Mali

    Although some populations displaced due to the conflict have started to slowly return to government-controlled areas in the north of the country, larger scale returns are still hampered by the volatile security situation and by the operating context across northern Mali, which has deteriorated. As the situation continues to evolve, the population’s needs are changing accordingly. WFP’s focus is thus shifting from general food distribution (GFD) to building resilience in northern Mali, all the while maintaining immediate support through a mixed ration of food, cash assistance and targeted nutrition support.

    Burkina Faso

    Some 32,000 refugees are expected to remain in Burkina Faso for the foreseeable future, exacerbating an already fragile food security situation and placing additional pressure on vulnerable host populations. WFP will continue to assist the refugees in the camps of the Goudebou and Mentao through food rations, cash-based transfers and targeted nutrition support, with the goal of improving food and increasing social cohesion between refugees and host populations.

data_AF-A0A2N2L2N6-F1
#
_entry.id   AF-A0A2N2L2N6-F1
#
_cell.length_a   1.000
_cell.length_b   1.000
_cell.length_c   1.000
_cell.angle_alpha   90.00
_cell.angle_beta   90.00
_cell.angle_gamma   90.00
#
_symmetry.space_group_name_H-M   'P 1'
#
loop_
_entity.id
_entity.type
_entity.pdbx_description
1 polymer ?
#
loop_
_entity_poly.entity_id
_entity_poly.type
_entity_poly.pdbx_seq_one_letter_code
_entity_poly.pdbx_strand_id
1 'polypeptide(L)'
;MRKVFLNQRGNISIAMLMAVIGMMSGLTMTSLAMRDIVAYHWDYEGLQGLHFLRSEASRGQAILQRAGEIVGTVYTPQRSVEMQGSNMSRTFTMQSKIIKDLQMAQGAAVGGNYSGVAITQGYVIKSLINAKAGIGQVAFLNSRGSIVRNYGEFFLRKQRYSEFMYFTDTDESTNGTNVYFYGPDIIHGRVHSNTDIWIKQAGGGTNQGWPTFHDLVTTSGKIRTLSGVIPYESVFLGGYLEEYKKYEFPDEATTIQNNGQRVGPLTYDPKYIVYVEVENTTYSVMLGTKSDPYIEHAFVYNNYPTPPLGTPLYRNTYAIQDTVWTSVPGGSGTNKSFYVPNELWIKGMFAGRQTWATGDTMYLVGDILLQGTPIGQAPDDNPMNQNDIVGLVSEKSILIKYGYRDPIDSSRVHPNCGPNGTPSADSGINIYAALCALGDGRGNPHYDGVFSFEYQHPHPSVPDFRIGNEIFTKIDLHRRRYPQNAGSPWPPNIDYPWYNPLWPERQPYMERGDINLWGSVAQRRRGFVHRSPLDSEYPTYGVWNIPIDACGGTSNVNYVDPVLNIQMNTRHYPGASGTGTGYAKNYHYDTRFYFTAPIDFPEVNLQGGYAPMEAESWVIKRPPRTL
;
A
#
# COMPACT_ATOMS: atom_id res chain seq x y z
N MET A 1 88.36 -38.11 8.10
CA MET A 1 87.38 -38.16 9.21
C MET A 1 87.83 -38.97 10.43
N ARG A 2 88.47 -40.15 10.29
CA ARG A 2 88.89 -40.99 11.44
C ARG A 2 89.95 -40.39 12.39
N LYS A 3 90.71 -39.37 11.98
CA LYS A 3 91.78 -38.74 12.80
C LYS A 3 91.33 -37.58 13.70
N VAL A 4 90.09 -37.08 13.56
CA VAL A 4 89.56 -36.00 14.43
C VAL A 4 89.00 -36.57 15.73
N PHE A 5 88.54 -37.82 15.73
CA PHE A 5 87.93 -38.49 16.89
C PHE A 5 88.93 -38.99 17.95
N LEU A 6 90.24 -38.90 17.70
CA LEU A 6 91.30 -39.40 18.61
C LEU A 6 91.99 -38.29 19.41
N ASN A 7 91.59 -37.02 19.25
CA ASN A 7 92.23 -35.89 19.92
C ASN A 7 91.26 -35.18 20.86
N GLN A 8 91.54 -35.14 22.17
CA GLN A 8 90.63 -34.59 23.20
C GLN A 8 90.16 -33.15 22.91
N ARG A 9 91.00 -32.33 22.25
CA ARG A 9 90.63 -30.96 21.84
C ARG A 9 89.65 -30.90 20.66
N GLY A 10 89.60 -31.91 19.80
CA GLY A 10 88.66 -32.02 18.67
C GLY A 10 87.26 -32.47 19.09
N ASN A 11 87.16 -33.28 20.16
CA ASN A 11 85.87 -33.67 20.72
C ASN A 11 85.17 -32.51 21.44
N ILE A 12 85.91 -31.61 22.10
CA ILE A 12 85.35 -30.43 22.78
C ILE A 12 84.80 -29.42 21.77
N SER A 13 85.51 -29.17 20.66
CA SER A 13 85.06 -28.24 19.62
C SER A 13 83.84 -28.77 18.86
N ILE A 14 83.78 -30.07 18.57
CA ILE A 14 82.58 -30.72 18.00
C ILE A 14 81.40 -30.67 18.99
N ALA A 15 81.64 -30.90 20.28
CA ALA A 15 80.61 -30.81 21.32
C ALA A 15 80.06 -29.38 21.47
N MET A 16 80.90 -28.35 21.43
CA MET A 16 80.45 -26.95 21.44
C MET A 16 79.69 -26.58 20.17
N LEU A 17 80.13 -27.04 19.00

Mauritania

    In Mauritania, Malian refugees live in Mbera camp in the south-east of the country, where opportunities for selfreliance are limited. After three years in Mauritania, their situation remains fragile, leading WFP and partners to explore ways to further enhance their resilience. In 2016, WFP aims to continue assistance to 50,000 refugees through GFD, ensuring at the same time targeted nutrition support for children aged 6–59 months and pregnant and nurturing women to prevent and cure malnutrition. WFP will also provide emergency school feeding to children in pre- and primary schools in the camps. Starting April 2016, WFP aims to distribute a mix of in kind – cash/vouchers rations to refugees.

    Niger